“It was a project that needed to be done, and they were just asking for help [from] different people in the community,” he said. “They were trying to get a committee formed to represent Manns Harbor. I gave some input on some things I was interested in. As time went by I was asked to be the chairman to keep things going.”
Or, as Holda more succinctly said, “He was the most suitable for the chair.”
By 2008 there was agreement that what the village and fishermen wanted was a working marina, but that was going to take money. “We were able to get help from [State Senator] Marc Basnight and others to acquire the land and the thing just took off,” Outland said.
“It’s a lot of money out there,” he went on to say. “To purchase the land was over $4 million, then the first phase of construction was like $850,000.”
The second phase was just as expensive. There is a third phase planned, but it is on hold for the time being.
The facility is different in a number of ways. Designed for both recreational and commercial fishermen, the marina does not charge a fee for any boat using the docks. Also, how the docks would be maintained.
“Who would be responsible for the upkeep since we don’t charge anyone to stay there?” Outland asked. “There are no dock fees. As long as you’re working your boat you can stay there. The county and the state had to come to some agreement, and that was an issue that needed to be addressed.”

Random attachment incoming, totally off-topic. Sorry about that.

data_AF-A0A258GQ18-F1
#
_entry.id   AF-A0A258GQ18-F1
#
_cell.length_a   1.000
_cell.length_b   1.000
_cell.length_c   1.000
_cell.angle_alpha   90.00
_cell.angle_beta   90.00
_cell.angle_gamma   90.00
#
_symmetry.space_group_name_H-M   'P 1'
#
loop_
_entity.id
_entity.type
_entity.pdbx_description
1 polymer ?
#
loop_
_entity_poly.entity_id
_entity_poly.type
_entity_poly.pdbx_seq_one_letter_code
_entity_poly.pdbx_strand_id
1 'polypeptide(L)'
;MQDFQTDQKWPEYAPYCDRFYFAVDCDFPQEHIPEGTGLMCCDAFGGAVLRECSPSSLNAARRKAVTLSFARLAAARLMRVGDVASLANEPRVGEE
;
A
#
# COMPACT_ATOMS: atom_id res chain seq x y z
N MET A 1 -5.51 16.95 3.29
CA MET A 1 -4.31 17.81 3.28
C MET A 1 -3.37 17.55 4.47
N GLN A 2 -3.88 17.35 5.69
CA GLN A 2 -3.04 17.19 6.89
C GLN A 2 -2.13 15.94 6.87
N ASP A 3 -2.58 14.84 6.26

There were other issues that came up along the way, and Outland is comfortable handing out credit.
“A great deal of thanks to [Manns Harbor resident] Robin Mann and Cindy Holda,” he said. “They went to Raleigh and talked to different people to come up with the money to purchase the land.”
Docks at Manns Harbor Marina have been built for fishermen to launch and tie off their boats at no cost to them. Photo: Staff
There were others, he noted, who also kept the commission on track. Ladd Bayliss, the N.C. Coastal Federation advocate in Manteo, and Erin Fleckenstein, the manager of the federation’s office there, attended many of the meetings, he said.“Without them I would not know which way to turn, so it worked out real well,” he said.
The people he has worked with feel as strongly about the leadership Outland has shown throughout the project. “I think it’s incredibly safe to say that without Troy, there’s no way that the project would have been able to move forward in the way that it has,” Bayliss said.
The work of the Manns Harbor Commission is slowing down. The dock for the commercial fishing boats has recently been completed. He’s sleeping in now, Outland mentions, getting up at 5 a.m. to spend the day on the water.
The family tradition of working the water is being passed along; his son, Troy, Jr., is also a commercial fisherman out of Manns Harbor, although he ties up at the old emergency ferry dock off Old Ferry Dock Road.
Troy Jr., sits on the commission with his father. There is pride in that and pride in knowing that a family tradition will be passed along.
“It’s a way of life,” Outland said. “It’s something that you grow up into. You get the bug and that’s it.”